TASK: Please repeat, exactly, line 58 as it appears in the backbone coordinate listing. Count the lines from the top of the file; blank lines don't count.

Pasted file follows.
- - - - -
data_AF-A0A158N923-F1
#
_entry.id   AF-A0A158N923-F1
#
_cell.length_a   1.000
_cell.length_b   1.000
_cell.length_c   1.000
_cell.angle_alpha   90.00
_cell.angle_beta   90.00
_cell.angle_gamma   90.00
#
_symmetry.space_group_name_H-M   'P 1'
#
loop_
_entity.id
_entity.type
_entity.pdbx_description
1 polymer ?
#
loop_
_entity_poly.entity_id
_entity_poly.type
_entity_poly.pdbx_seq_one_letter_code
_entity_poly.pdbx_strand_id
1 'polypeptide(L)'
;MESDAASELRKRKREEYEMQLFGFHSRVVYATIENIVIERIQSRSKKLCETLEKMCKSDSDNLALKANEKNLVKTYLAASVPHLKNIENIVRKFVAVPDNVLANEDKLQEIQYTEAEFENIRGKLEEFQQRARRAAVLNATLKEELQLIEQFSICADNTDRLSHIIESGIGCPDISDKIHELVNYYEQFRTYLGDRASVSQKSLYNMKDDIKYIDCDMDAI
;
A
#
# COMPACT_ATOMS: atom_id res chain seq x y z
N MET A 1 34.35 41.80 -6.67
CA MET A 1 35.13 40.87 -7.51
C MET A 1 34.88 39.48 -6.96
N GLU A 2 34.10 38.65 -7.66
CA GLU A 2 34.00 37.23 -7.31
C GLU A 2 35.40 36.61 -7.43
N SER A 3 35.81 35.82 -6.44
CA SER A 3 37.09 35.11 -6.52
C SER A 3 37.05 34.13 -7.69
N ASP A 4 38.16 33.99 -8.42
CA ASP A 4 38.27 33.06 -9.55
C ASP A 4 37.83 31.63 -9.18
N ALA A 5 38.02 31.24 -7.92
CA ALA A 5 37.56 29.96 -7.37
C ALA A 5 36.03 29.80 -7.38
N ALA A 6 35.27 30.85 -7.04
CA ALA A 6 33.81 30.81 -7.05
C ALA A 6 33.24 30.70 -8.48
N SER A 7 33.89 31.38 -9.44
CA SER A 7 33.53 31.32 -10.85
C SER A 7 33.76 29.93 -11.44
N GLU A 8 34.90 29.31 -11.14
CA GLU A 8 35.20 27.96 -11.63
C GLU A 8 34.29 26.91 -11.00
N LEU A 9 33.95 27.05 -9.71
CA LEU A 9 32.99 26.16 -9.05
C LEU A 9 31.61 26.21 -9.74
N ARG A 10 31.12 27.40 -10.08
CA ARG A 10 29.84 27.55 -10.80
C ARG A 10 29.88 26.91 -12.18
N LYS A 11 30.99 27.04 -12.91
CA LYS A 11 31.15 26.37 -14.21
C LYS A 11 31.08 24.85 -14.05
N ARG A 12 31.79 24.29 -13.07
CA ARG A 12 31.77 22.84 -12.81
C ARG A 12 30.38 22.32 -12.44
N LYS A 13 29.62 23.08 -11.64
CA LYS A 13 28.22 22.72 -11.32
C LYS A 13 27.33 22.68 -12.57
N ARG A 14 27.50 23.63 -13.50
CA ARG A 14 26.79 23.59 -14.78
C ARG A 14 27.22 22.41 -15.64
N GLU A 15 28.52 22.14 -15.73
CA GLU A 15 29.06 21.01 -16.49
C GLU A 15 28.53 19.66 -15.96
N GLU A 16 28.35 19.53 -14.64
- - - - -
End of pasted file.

N ARG A 10 31.12 27.40 -10.08